Washington — Far-right Republican Rep. Matt Gaetz of Florida demanded answers about an alleged "secret side deal" between House Speaker Kevin McCarthy and President Biden on Ukraine funding as he teased a potentialin the Republican leader later this week.
"It is becoming increasingly clear who the speaker of the House already works for and it's not the Republican conference," Gaetz said on the House floor Monday.
After Congresson Saturday to avert a government shutdown that did not include any aid for , Mr. Biden told reporters Sunday that McCarthy made a "commitment to secure the passage and support needed to help Ukraine." Gaetz is vehemently opposed to the U.S. providing more aid to Ukraine.
"To extend Joe Biden's spending and Joe Biden's policy priorities, the Speaker of the House gave away to Joe Biden the money for Ukraine that Joe Biden wanted," Gaetz said Monday. "It is going to be difficult for my Republican friends to keep calling President Biden feeble, while he continues to take Speaker McCarthy's lunch money in every negotiation."
Amid negotiations to avoid a shutdown, Gaetz warned McCarthy that if he relied on Democrats to pass a short-term spending bill, Gaetz would introduce a motion to vacate, which could oust the California Republican from the speakership. The stopgap funding measure ultimately had more Democrats supporting it than Republicans.
"So for all the crocodile tears about what may happen later this week about a motion to vacate, working with the Democrats is a yellow brick road that has been paved by Speaker McCarthy — whether it was the debt limit deal, the [continuing resolution] or now the secret deal on Ukraine," Gaetz said Monday.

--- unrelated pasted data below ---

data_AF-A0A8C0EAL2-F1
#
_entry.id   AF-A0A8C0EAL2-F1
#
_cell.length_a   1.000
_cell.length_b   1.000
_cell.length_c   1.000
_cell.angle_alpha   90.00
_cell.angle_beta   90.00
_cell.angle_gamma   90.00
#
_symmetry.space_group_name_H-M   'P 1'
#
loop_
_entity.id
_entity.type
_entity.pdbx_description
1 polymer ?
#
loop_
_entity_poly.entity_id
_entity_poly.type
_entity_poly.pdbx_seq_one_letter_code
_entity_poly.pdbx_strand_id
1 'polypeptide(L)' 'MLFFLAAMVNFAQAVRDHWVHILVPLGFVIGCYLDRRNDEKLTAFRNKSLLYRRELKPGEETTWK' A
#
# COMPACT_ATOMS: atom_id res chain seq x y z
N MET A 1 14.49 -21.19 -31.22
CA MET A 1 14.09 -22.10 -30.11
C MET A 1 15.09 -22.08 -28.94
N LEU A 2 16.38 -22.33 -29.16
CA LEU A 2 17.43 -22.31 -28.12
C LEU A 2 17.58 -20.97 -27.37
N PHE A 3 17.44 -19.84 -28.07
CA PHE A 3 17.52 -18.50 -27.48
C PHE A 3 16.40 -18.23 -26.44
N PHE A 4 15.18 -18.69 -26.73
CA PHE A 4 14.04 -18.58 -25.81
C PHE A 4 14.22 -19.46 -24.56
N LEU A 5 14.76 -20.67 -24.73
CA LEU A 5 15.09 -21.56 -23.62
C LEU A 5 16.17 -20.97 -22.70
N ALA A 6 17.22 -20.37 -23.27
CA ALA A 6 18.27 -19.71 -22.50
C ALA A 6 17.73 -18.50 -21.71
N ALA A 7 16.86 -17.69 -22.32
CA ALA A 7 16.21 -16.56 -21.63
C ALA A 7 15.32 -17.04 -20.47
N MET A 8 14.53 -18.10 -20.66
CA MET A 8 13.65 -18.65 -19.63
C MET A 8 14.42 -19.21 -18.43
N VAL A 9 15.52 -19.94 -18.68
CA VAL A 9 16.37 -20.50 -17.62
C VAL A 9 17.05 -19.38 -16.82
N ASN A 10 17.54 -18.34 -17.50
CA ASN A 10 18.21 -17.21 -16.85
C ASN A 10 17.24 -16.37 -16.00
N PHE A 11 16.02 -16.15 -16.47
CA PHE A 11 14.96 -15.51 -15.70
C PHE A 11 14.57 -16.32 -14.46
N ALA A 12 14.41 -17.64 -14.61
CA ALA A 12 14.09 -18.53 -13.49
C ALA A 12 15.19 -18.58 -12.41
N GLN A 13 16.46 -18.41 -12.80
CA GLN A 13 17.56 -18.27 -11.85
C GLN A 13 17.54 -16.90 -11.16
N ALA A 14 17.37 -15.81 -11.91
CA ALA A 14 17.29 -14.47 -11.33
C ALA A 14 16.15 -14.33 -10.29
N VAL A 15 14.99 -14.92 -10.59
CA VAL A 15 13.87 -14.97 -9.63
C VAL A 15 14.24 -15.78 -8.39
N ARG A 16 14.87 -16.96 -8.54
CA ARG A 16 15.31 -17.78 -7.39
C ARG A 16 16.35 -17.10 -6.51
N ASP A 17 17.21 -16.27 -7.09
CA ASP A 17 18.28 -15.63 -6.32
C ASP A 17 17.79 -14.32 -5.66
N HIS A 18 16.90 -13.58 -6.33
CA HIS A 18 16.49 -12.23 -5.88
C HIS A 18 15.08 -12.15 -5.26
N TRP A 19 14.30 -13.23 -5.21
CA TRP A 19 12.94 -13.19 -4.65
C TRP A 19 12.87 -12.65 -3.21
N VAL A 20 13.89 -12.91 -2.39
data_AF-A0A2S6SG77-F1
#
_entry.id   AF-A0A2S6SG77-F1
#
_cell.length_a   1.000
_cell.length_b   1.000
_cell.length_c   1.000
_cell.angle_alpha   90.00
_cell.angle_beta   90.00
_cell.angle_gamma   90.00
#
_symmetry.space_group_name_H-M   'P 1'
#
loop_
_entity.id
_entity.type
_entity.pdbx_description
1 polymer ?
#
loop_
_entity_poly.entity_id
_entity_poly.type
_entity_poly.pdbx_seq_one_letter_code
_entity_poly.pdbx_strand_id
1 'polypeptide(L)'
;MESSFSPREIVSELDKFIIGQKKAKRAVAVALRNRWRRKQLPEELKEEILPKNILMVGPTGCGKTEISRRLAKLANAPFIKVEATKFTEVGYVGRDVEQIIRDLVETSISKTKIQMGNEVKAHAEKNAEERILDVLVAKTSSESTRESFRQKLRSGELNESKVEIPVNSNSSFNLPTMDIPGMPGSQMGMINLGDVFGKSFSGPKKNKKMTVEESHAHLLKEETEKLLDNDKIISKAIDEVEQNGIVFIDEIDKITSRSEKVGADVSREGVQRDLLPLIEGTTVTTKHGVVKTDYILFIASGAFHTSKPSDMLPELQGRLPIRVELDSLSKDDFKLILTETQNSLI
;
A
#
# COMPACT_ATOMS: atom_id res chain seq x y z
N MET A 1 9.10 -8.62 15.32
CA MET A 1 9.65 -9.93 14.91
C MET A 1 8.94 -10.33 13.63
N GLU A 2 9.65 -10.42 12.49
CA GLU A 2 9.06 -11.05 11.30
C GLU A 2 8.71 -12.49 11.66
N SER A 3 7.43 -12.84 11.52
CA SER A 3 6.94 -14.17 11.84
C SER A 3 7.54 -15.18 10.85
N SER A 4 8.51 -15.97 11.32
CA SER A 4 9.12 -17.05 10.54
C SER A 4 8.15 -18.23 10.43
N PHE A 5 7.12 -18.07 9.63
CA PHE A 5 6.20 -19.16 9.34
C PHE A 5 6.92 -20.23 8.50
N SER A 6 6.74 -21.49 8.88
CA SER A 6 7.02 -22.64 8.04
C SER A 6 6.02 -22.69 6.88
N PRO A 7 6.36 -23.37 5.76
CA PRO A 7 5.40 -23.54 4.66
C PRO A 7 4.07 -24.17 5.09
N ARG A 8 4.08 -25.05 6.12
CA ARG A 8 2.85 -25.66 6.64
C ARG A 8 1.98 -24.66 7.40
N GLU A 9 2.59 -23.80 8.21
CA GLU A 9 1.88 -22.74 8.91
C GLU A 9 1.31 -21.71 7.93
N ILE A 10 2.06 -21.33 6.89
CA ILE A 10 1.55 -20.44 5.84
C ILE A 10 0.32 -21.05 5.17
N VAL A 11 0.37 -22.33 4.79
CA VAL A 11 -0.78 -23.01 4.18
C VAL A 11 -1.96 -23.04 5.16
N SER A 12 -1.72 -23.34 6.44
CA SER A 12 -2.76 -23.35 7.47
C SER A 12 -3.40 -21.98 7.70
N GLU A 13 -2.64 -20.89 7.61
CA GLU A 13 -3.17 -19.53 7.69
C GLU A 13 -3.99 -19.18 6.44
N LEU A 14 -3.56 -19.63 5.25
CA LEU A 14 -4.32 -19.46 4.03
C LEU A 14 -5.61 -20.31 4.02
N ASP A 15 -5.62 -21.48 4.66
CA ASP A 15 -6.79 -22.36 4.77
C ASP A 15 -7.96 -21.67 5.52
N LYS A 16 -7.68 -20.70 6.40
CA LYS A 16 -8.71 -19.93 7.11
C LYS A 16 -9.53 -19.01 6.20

Gaetz said McCarthy needs to provide more information on what was in the "secret" deal because whether members vote to oust McCarthy or not depends on it.
"Members of the Republican Party might vote differently on a motion to vacate if they heard what the speaker had to share with us about his secret side deal with Joe Biden on Ukraine. I'll be listening. Stay tuned," Gaetz said.
Later Monday, McCarthy denied that he made a deal on Ukraine funding.
"There is no side deal going on," McCarthy told reporters.
McCarthy said Sunday he was confident he will keep his job.
"I'll survive," McCarthy"Face the Nation." "Let's get over with it. Let's start governing. If he's upset because he tried to push us into a shutdown and I made sure government didn't shut down, then let's have that talk."
McCarthy only has a slim majority, and a simple majority is needed to oust him as speaker — meaning he would likely have to rely on Democratic votes to stay in power, although Democrats could take other options that would keep him in power without having to vote directly for him.
House Democratic Whip Katherine Clark told members in an email on Sunday that the caucus would have a "discussion on how to address the motion to best meet the needs of the American people" if a motion to vacate is introduced. She asked Democrats to keep their schedules flexible so that they can be present for any related votes.
Gaetz told reporters Monday he would keep trying to oust McCarthy if the first vote fails.
"It took Speaker McCarthy 15 votes to become the speaker," Gaetz said, referring to the long path McCarthy took in January to become speaker. "So until I get to 14 or 15, I don't think I'm being any more dilatory than he was."
Ellis Kim and Scott MacFarlane contributed reporting.
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